Boeing recommends grounding model 777 airplanes after one experienced engine failure and dropped debris over Colorado
A Boeing 777 operated by United Airlines experienced engine failure Saturday, dropping debris over Colorado.
The FAA is now requiring inspections of all Boeing 777 jets with a particular engine model.
Boeing also recommended that airlines ground all 69 active planes with the engine model.
Boeing said Sunday it recommended the grounding of all 69 active Boeing 777 airplanes equipped with a particular engine model after one experienced engine failure and dropped debris over Colorado.
This followed an announcement earlier that day by the head of the Federal Aviation Administration (FAA), who said he was requiring “immediate or stepped up inspections” of all Boeing 777 with a Pratt & Whitney PW4000 engine model.
The engines are only used on Boeing 777 airplanes, the FAA said. There are 69 planes with the engine in service and 59 in storage, according to Boeing.
United Airlines, the operator of the plane that experienced engine failure, announced it would temporarily ground all 24 of its active Boeing 777 planes with that engine model. It is the only US airline that uses the affected engine, CNN reported.
In a statement provided to Insider, United said it would work with the FAA and the National Transportation Safety Board “to determine any additional steps that are needed to ensure these aircraft meet our rigorous safety standards and can return to service.”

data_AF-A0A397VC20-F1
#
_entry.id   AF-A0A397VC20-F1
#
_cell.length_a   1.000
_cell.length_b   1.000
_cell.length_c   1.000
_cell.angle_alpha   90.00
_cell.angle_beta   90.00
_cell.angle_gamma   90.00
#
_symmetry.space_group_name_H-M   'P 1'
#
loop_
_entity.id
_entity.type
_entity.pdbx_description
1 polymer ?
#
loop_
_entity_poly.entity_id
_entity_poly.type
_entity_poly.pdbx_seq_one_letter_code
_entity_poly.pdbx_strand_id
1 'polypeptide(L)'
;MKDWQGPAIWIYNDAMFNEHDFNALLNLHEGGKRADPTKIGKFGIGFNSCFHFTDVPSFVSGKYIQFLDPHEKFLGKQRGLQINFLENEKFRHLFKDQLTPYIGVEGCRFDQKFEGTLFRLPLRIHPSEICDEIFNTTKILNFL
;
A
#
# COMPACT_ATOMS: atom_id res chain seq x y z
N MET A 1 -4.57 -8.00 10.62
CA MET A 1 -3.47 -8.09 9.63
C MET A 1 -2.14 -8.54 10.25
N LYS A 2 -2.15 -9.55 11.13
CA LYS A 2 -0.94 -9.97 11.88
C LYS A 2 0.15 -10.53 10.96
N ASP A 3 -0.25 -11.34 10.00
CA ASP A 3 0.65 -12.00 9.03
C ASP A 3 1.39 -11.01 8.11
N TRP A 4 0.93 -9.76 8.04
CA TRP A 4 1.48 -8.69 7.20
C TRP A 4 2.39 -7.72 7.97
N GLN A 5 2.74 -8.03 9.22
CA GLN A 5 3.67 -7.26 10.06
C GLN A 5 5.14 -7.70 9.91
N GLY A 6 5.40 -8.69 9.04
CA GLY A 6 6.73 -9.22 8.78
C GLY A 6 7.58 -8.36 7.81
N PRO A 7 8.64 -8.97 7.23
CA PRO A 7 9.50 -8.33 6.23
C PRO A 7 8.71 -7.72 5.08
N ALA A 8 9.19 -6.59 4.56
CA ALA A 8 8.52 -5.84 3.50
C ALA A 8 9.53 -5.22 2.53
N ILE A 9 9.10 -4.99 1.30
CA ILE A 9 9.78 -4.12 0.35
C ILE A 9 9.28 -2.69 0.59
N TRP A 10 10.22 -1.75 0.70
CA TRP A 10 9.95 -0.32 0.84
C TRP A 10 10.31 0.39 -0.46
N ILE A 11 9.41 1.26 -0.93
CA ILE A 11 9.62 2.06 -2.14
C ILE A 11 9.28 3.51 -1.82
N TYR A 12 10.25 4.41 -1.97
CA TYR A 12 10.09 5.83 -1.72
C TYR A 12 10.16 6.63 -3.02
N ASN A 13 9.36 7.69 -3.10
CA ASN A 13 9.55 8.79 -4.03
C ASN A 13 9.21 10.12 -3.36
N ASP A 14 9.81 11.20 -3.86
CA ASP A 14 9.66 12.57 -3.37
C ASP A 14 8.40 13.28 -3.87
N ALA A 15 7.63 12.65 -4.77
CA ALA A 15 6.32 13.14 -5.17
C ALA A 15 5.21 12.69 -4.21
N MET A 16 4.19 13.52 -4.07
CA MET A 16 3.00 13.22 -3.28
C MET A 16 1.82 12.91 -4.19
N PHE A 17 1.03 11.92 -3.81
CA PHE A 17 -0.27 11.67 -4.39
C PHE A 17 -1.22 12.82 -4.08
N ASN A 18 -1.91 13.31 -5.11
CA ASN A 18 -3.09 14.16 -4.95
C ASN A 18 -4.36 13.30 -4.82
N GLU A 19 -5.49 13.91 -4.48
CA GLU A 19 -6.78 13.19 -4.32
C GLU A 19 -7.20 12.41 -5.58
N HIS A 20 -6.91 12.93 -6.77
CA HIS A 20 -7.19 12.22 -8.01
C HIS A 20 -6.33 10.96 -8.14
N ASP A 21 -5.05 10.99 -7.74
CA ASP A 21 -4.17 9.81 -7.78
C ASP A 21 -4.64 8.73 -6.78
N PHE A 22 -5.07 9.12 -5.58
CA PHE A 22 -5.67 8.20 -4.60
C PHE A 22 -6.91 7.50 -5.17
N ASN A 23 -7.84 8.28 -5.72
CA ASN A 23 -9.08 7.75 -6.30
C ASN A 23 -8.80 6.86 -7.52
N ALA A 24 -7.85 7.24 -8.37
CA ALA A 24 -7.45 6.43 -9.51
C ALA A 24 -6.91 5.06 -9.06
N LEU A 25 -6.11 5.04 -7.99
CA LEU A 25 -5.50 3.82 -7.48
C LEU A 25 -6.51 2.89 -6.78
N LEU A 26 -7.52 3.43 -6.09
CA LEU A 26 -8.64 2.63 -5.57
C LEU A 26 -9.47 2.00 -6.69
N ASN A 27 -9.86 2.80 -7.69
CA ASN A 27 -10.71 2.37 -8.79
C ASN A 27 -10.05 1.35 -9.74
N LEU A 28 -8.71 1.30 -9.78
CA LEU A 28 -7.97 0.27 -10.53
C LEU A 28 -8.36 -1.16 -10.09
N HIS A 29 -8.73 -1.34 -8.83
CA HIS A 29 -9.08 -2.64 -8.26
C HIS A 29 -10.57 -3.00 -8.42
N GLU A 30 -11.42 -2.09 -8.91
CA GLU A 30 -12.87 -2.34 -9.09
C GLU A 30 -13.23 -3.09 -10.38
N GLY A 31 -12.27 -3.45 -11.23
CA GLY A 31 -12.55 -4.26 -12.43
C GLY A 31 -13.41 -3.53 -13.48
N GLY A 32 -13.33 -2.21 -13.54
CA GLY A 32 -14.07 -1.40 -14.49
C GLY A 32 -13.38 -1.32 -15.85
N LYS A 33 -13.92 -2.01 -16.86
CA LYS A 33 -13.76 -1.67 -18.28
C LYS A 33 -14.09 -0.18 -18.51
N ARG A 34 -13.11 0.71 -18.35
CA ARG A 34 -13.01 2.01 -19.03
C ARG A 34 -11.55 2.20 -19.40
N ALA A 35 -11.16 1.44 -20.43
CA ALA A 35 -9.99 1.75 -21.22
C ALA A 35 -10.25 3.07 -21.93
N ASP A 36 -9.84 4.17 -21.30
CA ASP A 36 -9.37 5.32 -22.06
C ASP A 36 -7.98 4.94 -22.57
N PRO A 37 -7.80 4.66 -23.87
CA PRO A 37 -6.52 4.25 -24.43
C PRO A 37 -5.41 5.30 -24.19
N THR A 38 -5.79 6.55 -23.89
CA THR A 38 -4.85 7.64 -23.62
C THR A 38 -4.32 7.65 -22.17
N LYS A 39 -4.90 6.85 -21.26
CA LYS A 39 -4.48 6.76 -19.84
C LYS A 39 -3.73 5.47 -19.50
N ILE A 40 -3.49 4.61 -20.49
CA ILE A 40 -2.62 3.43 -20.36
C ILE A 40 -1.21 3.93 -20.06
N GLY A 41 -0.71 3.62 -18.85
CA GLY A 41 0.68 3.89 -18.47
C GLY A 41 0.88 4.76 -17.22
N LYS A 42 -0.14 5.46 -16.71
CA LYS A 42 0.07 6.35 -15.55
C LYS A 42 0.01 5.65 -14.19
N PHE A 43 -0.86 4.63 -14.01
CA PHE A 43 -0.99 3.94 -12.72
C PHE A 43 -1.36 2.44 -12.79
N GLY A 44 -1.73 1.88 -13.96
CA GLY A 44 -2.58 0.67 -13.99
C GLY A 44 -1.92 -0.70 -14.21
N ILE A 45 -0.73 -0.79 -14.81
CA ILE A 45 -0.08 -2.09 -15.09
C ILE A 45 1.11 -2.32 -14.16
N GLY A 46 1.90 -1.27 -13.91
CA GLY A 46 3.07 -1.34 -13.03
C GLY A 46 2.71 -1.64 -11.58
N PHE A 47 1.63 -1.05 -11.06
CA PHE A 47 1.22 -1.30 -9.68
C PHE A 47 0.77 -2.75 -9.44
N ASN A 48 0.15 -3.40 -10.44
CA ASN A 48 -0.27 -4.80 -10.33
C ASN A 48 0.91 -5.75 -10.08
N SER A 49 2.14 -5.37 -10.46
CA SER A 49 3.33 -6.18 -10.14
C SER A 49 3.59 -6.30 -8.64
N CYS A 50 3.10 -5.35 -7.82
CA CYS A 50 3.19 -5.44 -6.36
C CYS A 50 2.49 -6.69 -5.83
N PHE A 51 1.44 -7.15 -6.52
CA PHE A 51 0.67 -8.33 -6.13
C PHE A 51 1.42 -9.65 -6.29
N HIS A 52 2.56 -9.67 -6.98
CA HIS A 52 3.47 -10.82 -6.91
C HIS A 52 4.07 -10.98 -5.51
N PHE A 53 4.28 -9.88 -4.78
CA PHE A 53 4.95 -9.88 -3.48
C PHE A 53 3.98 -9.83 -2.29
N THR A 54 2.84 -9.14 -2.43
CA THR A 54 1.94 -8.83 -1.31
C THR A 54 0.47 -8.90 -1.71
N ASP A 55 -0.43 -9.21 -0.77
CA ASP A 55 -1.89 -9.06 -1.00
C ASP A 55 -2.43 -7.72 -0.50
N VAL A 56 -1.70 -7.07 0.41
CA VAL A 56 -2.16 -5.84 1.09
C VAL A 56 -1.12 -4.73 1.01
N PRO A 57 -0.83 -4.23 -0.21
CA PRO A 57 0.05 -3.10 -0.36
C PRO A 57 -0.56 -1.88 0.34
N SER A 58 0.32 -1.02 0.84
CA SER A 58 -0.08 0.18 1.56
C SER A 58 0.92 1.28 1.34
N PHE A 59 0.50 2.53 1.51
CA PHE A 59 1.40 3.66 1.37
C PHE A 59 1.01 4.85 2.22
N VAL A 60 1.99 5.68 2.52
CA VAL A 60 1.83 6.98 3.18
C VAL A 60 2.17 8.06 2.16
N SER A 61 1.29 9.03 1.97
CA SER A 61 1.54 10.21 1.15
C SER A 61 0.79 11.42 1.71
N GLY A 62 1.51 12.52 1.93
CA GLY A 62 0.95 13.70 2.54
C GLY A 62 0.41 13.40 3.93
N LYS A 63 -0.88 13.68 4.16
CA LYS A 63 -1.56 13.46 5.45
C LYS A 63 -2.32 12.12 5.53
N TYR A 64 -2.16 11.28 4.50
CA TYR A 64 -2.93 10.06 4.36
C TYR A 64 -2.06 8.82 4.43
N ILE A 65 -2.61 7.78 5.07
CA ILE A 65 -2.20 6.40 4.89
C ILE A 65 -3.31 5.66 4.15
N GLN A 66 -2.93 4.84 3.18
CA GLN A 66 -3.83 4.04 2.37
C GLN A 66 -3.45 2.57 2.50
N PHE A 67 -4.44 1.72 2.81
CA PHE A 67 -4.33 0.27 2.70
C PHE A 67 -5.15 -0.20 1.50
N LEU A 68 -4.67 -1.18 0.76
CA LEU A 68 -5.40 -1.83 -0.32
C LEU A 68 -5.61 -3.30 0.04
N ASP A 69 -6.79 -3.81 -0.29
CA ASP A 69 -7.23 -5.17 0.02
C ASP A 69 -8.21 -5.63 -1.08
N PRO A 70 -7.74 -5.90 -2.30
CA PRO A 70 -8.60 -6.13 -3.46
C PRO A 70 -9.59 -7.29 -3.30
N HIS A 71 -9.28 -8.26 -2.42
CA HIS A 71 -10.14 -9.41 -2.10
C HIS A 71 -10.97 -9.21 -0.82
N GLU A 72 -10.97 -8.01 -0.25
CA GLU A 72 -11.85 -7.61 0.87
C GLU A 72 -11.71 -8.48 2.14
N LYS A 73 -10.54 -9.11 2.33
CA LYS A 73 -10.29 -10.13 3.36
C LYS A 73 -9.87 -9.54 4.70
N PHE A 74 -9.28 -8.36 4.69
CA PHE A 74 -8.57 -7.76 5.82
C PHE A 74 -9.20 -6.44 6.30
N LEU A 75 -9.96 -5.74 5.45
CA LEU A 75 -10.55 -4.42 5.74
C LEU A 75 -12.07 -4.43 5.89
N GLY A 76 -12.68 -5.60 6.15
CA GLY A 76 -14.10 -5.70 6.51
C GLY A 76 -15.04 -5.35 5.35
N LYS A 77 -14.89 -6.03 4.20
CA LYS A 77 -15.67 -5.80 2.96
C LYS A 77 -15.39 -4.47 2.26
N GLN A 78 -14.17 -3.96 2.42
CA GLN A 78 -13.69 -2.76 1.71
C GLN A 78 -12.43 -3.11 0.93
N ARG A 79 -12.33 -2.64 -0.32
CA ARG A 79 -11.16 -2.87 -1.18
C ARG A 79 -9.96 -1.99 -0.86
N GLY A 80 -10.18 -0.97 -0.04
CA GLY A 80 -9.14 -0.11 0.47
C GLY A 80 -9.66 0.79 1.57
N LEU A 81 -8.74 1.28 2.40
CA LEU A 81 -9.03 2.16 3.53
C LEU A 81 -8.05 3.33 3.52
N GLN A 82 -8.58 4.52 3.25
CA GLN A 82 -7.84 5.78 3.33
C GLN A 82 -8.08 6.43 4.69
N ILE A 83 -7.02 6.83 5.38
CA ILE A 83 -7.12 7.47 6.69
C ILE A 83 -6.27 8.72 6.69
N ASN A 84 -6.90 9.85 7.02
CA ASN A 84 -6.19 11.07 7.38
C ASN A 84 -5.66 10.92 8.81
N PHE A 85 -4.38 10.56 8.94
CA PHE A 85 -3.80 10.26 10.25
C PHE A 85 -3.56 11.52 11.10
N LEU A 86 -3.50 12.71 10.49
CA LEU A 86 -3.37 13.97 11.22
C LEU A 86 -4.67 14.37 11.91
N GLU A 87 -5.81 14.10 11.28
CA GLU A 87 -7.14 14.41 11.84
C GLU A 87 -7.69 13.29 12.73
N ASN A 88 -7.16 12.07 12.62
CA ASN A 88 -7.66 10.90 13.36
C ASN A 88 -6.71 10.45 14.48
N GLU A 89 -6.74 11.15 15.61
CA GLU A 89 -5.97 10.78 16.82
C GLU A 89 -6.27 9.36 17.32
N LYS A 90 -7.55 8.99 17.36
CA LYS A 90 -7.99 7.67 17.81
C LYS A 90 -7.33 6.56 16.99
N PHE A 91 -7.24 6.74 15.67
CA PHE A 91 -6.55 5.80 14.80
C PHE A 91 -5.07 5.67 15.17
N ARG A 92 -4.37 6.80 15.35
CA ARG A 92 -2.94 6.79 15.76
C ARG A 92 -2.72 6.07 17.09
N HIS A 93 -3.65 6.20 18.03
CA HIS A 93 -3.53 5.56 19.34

The statement said that United has 52 of these planes, 24 active and 28 in storage, and that the move to ground them should temporarily impact only a small number of customers.
The FAA said it has reviewed all available safety data following yesterday’s incident.
“Based on the initial information, we concluded that the inspection interval should be stepped up for the hollow fan blades that are unique to this model of engine,” FAA Administrator Steve Dickson said in a statement.
United flight 328 from Denver to Honolulu, Hawaii was carrying 231 passengers and 10 crew members when it experienced engine failure Saturday shortly after taking off. The Boeing 777 aircraft began shedding debris, some of which landed in residential neighborhoods.
The plane returned to Denver International Airport and landed safely, with no injuries reported from anyone on board or as a result of the falling debris.
An initial examination of the engine by the National Transportation Safety Board (NTSB) revealed the inlet and cowling had separated from the engine and two fan blades were fractured.
Boeing is “actively monitoring” events related to United Airlines Flight 328, the company said in a statement.
“While the NTSB investigation is ongoing, we recommended suspending operations of the 69 in-service and 59 in-storage 777s powered by Pratt & Whitney 4000-112 engines until the FAA identifies the appropriate inspection protocol.”
It supports the decisions by the Japan Civil Aviation Bureau and the FAA to ground planes with the affected engines, and is working with the regulators, it added.
Pratt & Whitney said it is conducting further inspections of the engines,.
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